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Ivey Energy Policy and Management Centre

Prehistory of Alberta gas flaring and venting regulations

  • Alyna Liu
  • |
  • Jul 19, 2021
Prehistory of Alberta gas flaring and venting regulations

Image source: Glenbow Archives, NA-1446-16

This blog is the first in a series written by Ivey HBA student, Alyna Liu, who is currently researching the effects of flaring and venting regulation in Alberta and Saskatchewan’s oil industry.

Canada has set ambitious CO2 emissions reductions targets: by 2030, the Government hopes to reduce greenhouse gas emissions by 40-45% relative to 2005 levels. Yet, these goals are confronted with the still growing emissions from the oil and gas sector.

Between 2000 and 2018, emissions from Canada’s oil and gas sector increased by 23% (NRCan, 2020). Of course, much of this increase in emissions was combined with a growing contribution to Canada’s economy. Still, notwithstanding this economic contribution, there is a prominent source of emissions – flaring and venting of natural gas at well-heads – that provides little economic value and whose environmental effects remain poorly understood (Agerton, Gilbert and Upton Jr., 2020).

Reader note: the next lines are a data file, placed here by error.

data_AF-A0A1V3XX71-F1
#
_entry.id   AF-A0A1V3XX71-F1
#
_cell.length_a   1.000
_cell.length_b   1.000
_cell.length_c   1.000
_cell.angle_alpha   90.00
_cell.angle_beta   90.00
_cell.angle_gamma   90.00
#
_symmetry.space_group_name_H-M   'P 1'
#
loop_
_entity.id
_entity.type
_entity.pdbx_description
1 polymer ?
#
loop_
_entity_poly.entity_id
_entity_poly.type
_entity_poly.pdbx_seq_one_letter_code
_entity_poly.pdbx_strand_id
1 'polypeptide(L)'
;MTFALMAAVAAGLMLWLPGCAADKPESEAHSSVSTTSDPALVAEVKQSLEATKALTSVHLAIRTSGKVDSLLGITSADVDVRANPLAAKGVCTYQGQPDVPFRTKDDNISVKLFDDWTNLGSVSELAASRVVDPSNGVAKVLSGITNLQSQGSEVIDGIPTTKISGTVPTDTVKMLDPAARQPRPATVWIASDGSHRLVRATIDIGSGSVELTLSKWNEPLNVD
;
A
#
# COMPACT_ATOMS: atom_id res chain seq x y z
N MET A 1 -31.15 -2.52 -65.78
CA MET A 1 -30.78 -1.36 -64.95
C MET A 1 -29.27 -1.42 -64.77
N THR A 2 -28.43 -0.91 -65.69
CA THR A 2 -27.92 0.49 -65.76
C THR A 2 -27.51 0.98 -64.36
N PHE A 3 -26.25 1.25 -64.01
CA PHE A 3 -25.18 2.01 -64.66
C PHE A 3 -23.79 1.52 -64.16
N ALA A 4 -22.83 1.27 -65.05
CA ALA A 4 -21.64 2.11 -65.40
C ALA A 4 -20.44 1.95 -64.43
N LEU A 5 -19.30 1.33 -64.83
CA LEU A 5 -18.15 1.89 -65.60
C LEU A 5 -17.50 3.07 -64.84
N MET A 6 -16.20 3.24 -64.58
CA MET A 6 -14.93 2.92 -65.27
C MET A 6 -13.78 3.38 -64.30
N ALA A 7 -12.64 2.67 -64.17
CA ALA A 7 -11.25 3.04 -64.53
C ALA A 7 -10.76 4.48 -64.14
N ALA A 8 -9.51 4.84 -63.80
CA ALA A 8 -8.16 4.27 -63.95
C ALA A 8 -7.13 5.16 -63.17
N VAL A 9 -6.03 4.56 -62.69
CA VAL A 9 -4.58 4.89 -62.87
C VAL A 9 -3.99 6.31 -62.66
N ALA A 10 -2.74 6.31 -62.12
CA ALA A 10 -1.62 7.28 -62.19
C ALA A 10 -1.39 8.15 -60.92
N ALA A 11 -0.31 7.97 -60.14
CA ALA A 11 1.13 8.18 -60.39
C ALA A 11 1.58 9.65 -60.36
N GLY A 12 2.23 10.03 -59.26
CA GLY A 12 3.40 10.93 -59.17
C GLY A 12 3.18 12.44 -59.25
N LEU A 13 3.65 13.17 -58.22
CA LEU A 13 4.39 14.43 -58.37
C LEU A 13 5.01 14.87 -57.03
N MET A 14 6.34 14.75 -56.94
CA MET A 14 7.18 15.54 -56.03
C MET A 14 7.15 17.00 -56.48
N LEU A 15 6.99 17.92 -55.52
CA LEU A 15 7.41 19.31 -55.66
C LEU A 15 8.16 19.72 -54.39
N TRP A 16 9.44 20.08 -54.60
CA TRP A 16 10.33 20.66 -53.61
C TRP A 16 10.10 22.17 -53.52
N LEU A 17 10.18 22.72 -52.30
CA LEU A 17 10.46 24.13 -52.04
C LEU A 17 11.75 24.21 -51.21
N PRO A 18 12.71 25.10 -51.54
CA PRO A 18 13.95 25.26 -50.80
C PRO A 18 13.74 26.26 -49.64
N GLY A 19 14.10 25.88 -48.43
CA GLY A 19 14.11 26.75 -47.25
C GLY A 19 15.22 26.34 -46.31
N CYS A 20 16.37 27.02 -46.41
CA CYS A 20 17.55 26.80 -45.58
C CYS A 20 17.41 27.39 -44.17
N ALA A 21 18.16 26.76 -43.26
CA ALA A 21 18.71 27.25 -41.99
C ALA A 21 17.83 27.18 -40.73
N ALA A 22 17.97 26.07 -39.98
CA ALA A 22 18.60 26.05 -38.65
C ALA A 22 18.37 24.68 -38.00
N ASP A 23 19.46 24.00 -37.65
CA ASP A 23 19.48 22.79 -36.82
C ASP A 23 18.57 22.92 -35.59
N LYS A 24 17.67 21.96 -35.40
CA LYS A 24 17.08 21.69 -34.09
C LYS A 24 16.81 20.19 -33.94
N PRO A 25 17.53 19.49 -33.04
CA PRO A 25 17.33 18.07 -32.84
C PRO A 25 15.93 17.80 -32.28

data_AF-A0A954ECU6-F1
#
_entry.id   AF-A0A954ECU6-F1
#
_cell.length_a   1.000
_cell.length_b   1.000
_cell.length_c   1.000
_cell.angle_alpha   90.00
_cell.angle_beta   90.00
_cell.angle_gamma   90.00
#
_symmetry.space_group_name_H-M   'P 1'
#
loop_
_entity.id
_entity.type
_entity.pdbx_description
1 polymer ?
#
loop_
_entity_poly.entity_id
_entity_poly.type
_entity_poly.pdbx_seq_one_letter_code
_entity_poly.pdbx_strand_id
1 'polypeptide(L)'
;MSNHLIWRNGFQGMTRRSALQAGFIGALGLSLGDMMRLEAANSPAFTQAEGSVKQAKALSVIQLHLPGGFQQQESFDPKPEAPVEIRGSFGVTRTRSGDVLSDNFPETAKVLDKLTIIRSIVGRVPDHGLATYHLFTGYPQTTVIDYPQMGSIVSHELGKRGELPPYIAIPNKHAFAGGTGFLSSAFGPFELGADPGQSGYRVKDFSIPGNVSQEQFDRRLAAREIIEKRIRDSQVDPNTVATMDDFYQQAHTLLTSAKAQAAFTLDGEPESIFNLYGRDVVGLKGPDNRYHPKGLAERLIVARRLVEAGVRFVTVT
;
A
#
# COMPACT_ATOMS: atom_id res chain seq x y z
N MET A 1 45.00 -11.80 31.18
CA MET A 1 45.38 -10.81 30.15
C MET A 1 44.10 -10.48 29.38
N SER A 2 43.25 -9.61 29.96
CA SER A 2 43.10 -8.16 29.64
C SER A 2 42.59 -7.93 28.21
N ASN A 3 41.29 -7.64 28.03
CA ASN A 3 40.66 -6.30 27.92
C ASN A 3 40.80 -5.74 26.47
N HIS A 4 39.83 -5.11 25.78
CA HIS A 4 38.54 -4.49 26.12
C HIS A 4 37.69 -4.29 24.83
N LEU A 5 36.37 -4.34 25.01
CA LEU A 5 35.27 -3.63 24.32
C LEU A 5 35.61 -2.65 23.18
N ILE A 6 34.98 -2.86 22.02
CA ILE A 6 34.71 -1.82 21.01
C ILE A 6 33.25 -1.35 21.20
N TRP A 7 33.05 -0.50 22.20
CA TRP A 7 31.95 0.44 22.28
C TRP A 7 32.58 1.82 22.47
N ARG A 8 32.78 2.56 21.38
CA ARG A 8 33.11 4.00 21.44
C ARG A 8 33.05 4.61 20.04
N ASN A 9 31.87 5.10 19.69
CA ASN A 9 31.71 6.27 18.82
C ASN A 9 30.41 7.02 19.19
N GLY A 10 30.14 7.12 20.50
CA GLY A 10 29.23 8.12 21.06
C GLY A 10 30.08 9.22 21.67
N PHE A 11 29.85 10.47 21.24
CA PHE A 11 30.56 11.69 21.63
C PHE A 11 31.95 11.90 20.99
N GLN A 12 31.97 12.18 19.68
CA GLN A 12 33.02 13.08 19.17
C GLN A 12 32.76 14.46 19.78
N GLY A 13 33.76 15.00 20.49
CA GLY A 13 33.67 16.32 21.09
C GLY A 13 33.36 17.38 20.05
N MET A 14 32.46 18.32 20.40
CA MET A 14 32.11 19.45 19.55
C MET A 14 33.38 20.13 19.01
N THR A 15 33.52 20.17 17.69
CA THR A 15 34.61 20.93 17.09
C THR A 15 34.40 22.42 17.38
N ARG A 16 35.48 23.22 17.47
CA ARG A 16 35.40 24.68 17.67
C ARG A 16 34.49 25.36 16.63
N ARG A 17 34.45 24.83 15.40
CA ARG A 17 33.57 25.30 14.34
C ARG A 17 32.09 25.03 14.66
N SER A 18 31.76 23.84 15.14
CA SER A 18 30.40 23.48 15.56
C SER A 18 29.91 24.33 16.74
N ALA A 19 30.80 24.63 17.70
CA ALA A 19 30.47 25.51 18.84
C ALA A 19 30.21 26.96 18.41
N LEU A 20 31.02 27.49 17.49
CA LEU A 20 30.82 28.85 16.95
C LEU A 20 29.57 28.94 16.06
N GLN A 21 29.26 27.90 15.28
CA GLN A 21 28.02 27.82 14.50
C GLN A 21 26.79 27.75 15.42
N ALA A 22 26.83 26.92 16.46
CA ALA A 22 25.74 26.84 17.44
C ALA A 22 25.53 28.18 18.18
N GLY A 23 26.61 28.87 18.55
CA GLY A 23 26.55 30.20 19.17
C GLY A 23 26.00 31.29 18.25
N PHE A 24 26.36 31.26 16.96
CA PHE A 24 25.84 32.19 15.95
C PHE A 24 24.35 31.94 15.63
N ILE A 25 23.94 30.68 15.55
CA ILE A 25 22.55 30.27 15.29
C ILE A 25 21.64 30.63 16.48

The Province of Alberta has a long history with flaring and venting. This blog outlines several milestones in this history and provides background, a “pre-history”, on the development of the province’s flaring and venting regulation. A subsequent blogpost digs into the province’s current rules and regulations around flaring and venting and their development.

What is flaring?

Start with the basics. What is flaring? There are two types of flaring: irregular and regular flaring. Irregular flaring is used for emergency safety and worker protection, while regular flaring is used as a disposal method for unwanted natural gas, a waste product in oil production referred to associated gas (Agerton, Gilbert and Upton Jr., 2020). Both regular and irregular flaring waste resources – natural gas is typically a valuable source of energy – and are environmentally damaging (e.g., by releasing greenhouse emissions and other pollutants into the atmosphere). Thus, flaring, especially regular flaring, is something of a puzzle. Why would oil and gas firms dispose of a valuable resource and what can be done about it?

Agerton, Gilbert and Upton Jr. (2020) outline four reasons why firms flare and vent, attributable to physical and regulatory constraints:

  • The infrastructure (pipelines, field compression) to capture and transport gas has yet to be built
  • Existing midstream infrastructure is too small (i.e., there is a lack of capacity at gas processing facilities)
  • Flaring gas is cheaper than building the infrastructure to collect and transport gas
  • Safety measures to protect workers